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How to make a decision on declawing your cat

Sweet as a Kitten
Sweet as a Kitten
Photo by Dan Kitwood/Getty Images

Declawing in a cat has become a very controversial subject. Years ago the actual process was never brought to the forefront, but now is often considered in-humane in it complexity.

People declaw their cat at a young age for several reasons: they plan on keeping the cat indoors at all times; they are forced by a regulation imposed by their dwelling; they do not want to run the risk of ruined furniture or small children getting scratched. Many would not have a cat unless it is declawed. On the other end of the spectrum, many people believe it a gruesome process and would not even consider it for their cat.

What is declawing actually?

It is the surgical process that disarticulates the last digit of the toes to remove the part of the bone from which the claw grows. Whether done by a scalpel or laser the disconnection of the tiny ligaments holding the bone in place is done at the joint. It is the equivalent in a human is having the first joint in all of his fingers removed. Normally, the cat spends about two days in the hospital and then endures, what some believe, a painful healing process.

There are three standard methods of declawing all of which can be equally repugnant but can range in cost from $100 to $450. Of course, you will still have to consider the added expense of anesthesia, pain medication and antibiotics.

The lowest cost method is called the Rescoe Clipper. This method uses an instrument to chop off toes and tips of bones to the toes. Not only does it sound ghastly, re-growth often occurs. Infection from this type of claw removal is a great risk factor.

The middle of the road process costs about $250 and is called disarticulation or surgical removal of the bone from which the claw grows.

The third and less evasive method is Laser. It is the most expensive costing upwards of $450 but the process of eliminating the bone is less painful and has a low risk of infection.

What do the professionals think about the process?

Many veterinarians today will no longer perform the declawing process due to the outcry from animal humane organizations.

Many are very cautious when performing the procedure and recommend it only on younger cats or those with an extreme behavior problem. The use of injectable narcotics prior to surgery, along with a narcotic pain patch is effective pain treatment as well as oral medications which are sent home to be administered. Antibiotics are always given to dissuade any occurrence of infection.

What are the myths and the truths about declawing?

Opponents say the cat becomes fearful, defiant or aggressive, even biting. Yet a cat who is declawed does not know that it has no claws, thus why would it immediately begin to bite as a means of protection? Others state that cats often become more loving to their owners after declawing, thus making better pets.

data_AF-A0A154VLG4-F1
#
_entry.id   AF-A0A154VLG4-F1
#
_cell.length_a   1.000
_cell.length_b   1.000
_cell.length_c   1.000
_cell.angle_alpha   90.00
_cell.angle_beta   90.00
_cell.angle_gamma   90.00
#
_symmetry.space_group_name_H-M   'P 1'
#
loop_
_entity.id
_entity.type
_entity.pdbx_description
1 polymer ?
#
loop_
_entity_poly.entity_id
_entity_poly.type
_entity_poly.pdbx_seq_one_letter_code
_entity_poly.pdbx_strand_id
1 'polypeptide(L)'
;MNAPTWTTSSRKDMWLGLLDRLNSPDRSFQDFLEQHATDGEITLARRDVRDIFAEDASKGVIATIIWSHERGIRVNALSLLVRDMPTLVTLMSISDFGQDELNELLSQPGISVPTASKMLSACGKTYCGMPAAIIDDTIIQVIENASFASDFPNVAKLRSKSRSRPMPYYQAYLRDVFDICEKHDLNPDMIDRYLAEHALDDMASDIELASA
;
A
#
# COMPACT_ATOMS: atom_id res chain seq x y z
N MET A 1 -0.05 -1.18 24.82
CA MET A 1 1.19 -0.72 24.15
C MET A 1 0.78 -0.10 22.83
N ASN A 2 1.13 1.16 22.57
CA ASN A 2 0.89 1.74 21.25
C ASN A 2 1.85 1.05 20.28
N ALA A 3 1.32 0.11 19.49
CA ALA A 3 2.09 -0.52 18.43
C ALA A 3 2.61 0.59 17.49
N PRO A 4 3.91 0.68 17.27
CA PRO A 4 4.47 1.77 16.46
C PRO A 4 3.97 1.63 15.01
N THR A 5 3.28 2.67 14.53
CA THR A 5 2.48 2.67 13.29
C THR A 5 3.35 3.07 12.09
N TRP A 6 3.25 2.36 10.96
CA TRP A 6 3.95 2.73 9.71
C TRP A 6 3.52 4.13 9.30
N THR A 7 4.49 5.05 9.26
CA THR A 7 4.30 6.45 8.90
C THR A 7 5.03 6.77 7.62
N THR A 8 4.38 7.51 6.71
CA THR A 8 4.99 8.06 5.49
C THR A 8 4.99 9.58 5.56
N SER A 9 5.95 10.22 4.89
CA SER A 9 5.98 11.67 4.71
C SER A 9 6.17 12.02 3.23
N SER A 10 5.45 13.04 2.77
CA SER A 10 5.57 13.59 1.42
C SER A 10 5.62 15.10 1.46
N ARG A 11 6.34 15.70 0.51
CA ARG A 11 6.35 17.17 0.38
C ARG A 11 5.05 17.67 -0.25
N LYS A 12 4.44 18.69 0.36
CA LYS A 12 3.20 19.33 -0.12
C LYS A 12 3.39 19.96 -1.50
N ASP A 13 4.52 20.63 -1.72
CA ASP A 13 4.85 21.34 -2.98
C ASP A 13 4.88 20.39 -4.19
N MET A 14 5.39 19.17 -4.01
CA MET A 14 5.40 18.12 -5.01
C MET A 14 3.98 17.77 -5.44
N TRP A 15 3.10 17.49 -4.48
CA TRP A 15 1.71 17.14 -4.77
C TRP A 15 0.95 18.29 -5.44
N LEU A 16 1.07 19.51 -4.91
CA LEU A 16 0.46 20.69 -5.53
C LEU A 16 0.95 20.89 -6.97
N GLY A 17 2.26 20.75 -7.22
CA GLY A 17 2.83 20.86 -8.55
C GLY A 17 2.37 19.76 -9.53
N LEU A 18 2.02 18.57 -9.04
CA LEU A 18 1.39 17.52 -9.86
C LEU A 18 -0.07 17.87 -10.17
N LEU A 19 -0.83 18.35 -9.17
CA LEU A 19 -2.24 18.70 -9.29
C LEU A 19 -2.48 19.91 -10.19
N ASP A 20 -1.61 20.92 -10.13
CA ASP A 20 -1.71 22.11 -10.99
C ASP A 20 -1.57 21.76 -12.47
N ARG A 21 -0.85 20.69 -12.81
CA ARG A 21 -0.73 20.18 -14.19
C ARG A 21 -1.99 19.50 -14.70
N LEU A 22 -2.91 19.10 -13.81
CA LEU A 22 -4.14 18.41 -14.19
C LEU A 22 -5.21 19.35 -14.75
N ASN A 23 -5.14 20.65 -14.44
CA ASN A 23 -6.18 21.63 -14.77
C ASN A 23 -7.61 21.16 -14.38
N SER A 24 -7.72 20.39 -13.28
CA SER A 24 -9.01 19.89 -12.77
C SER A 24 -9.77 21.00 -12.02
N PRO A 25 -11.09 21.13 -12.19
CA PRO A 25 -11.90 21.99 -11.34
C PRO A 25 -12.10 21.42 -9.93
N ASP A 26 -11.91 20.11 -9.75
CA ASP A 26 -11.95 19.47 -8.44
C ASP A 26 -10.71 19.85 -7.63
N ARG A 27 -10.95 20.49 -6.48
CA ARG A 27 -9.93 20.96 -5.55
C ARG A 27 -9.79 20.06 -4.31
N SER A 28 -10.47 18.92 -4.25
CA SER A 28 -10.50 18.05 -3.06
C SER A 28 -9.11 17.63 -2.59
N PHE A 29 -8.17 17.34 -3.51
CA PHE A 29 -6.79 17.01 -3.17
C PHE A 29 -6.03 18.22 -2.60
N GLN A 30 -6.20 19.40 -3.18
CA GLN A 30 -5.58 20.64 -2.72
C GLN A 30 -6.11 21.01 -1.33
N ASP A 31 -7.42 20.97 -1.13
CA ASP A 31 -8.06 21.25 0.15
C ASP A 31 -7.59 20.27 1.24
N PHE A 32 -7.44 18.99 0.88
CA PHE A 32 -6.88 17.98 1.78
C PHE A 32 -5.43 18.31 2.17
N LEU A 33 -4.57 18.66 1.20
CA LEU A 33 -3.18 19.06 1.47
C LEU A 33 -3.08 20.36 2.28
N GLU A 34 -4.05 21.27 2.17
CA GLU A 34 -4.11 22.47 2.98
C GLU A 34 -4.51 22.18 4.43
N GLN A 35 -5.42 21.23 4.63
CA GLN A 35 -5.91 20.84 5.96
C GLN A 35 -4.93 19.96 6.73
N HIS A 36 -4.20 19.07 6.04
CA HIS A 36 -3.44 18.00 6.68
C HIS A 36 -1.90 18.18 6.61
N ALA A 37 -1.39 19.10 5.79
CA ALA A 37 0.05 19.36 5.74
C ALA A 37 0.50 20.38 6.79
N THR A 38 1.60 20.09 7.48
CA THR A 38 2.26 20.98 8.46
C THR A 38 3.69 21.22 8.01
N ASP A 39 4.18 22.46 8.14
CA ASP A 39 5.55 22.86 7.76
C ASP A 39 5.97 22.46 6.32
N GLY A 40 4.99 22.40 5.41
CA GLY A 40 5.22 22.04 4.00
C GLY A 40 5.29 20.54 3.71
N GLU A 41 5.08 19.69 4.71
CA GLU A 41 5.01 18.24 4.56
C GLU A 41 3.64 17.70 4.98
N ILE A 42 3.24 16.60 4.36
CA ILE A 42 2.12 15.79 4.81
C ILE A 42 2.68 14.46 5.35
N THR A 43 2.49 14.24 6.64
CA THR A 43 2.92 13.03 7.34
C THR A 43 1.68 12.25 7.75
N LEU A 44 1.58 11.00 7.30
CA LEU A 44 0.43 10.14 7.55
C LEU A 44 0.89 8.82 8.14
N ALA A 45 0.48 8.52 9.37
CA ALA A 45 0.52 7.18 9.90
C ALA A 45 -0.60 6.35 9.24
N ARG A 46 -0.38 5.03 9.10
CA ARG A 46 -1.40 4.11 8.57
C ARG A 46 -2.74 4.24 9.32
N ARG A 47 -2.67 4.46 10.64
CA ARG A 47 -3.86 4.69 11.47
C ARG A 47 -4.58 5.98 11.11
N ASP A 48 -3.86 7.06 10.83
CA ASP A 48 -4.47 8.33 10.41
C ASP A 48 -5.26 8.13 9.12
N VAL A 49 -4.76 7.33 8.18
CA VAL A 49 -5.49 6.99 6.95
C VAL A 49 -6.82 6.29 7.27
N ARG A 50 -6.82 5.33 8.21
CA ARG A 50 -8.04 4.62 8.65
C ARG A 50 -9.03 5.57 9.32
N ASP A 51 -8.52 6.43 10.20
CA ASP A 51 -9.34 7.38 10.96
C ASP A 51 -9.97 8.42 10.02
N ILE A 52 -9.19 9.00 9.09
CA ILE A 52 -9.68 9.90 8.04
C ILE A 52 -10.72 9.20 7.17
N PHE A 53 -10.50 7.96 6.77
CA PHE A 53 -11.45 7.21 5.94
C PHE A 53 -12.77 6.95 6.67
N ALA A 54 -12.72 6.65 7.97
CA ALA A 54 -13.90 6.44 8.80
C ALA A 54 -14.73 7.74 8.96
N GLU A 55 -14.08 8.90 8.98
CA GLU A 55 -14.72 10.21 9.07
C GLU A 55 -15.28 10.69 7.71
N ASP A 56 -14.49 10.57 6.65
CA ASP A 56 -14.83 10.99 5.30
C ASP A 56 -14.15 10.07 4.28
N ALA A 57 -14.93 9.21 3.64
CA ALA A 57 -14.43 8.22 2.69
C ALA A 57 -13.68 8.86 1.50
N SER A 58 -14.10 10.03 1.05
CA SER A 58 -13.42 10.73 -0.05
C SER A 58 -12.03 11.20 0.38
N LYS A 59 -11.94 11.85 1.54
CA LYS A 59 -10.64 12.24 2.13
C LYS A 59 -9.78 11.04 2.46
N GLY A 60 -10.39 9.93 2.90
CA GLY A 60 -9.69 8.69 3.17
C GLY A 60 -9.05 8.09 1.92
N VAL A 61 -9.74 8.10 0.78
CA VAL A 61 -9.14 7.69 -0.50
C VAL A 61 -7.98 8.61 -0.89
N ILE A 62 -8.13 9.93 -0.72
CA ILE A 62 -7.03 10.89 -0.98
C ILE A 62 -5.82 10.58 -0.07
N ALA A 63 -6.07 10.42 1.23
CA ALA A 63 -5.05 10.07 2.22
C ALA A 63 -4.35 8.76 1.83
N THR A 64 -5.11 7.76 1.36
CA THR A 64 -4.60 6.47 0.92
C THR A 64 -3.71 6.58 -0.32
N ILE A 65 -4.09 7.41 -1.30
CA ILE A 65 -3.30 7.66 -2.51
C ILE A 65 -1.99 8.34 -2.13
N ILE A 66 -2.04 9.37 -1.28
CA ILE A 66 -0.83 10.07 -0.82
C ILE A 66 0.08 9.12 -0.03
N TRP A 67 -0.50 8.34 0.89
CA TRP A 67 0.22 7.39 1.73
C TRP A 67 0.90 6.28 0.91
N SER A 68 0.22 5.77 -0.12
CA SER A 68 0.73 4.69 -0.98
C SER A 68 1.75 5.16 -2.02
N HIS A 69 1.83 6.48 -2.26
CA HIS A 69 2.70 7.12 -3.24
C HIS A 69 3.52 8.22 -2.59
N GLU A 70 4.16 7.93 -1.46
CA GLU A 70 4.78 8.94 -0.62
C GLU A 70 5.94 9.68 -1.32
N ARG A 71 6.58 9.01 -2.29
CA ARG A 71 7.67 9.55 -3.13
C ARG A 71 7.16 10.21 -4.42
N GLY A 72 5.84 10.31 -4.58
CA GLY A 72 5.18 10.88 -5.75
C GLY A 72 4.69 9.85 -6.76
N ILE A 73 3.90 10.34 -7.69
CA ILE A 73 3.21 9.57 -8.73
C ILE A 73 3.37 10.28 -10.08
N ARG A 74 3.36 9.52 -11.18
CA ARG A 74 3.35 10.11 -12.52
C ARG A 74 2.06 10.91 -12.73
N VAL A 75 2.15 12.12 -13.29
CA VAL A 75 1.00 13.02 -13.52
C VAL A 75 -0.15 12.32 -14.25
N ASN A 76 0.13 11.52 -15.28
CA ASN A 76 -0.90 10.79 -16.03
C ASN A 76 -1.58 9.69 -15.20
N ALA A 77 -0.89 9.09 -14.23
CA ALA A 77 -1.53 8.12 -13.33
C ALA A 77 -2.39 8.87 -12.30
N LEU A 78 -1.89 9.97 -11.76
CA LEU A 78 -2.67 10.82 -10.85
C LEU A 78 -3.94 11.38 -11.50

Can the declawed cat still catch prey? Cats will have absolutely no problem catching a scampering mouse as declawing a cat does not take away its speed and quick reaction.

What about the tremendous pain involved? Any orthopedic surgery involves pain, but the goal from a veterinary viewpoint is to always control the pain with proper drugs and correct procedures.

Will the cat have trouble using the litter box after he is declawed? Although paws are tender after the surgery, a declawed cat usually does not lose his litter box instinct. Using a recycled newspaper litter during the healing process will avoid litter being impacted in the incisions.

Does the cat lose his means of protection? Yes and no. A declawed cat must never be allowed to roam outside as he has lost some of his protection; however, he can also inflict severe trauma with his teeth. All severe wounds from fights in cats are from their teeth, not their claws.

What is the alternative?

Years ago we never even considered such a thing as declawing. If we had a cat we dealt with the compromises one does when choosing the feline as a pet. Training methods such as scratching posts make of sisal rope or inside out carpet will encourage your cat to scratch on a harder surface and away from your upholstery. Be sure the post is at least 30 inches tall and sturdy enough that the cat cannot tip it over. You can treat a cardboard strip or the scratching post with catnip to entice the cat.

Also, the use of Soft Paws is touted as a method of controlling scratching in a cat that is not declawed, however, these blunt acrylic nail caps, which are clued onto the cat’s claws, must be replaced as the claws grow and often sooner. The nails need trimming on a regular basis.


Many people in favor of declawing state that it is no different than spaying or neutering as the cat is still altered in some way. It is a proven fact that spaying or neutering has only a positive effect on the animal, health-wise and companion-wise. Studies are not conclusive on the declawing issue.

We can surmise from all the pros and cons that the answer to the question of declawing must be found in our conscience. The decision should be made in everyone’s best interest, especially the cat, to ensure a healthy and loving pet as well as a happy household.

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